TECHNICAL SESSION: Population diversity of plant pathogenic bacteria
Effector profiles of Xanthomonas perforans and X. euvesicatoria provide insights into the evolution of host range and virulence in BLS pathogens
Erica Goss - University of Florida. Laixin Luo- China Agricultural University, Peter Abrahamian- USDA ARS Molecular Plant Pathology Laboratory, Mustafa Jibrin- University of Florida, Teresa Coutinho- University of Pretoria, Cheryl Trueman- University of Guelph, Jeffrey Jones- University of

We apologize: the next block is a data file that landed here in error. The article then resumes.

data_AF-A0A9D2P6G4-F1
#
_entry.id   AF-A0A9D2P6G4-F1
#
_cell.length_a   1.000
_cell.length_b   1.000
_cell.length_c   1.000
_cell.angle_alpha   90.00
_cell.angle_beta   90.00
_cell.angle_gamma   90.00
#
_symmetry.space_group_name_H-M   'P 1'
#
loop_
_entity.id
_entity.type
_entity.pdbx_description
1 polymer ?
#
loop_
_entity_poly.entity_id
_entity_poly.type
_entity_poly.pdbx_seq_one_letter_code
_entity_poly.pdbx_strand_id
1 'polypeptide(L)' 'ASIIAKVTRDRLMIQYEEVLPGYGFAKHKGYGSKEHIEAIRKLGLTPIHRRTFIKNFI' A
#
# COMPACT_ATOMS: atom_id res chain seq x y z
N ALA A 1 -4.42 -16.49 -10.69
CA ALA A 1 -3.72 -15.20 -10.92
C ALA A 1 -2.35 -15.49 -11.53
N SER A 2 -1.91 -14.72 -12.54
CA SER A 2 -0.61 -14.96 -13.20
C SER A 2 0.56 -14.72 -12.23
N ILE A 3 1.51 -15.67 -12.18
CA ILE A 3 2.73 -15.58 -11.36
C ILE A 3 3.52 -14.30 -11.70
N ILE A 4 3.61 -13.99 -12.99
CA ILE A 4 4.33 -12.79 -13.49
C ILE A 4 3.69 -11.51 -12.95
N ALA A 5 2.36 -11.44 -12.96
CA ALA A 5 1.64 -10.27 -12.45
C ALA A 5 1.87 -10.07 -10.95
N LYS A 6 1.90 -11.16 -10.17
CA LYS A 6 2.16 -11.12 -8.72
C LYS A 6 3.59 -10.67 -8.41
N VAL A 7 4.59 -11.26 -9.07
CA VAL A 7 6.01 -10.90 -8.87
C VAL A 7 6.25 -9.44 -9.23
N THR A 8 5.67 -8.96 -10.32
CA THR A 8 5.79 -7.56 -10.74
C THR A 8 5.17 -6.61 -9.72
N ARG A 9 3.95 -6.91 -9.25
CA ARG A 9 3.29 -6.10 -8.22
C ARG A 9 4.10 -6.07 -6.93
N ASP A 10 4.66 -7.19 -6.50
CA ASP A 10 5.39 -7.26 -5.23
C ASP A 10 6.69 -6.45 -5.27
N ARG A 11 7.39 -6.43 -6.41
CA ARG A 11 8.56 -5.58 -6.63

Xanthomonas perforans (Xp) and X. euvesicatoria (Xe) cause bacterial spot disease (BLS) on tomato and pepper. Symptoms include necrotic lesions on leaves, sepals, and fruits, incurring major crop yield and economic losses worldwide. Xp and Xe have high genome plasticity and recent findings demonstrate a high rate of recombination among them. Xp, which was historically restricted to tomato, has recently been found causing bacterial spot of pepper. The complex host-pathogen interactions of BLS Xanthomonas, known to depend largely on type III effectors (T3E), are not yet fully understood. The content and distribution of T3E were analyzed in a worldwide sample of 269 Xp and 131 Xe strains. The influence of demographic processes, such as geographic location, host and year of collection, on the structure of the effector profiles were examined. Using this broad sample, core and non-core effectors common and unique to each species are described, expanding current knowledge. This is a first step towards identifying the complex demographic processes influencing the distribution of the effectors, hence, the evolution of host range and virulence in BLS strains.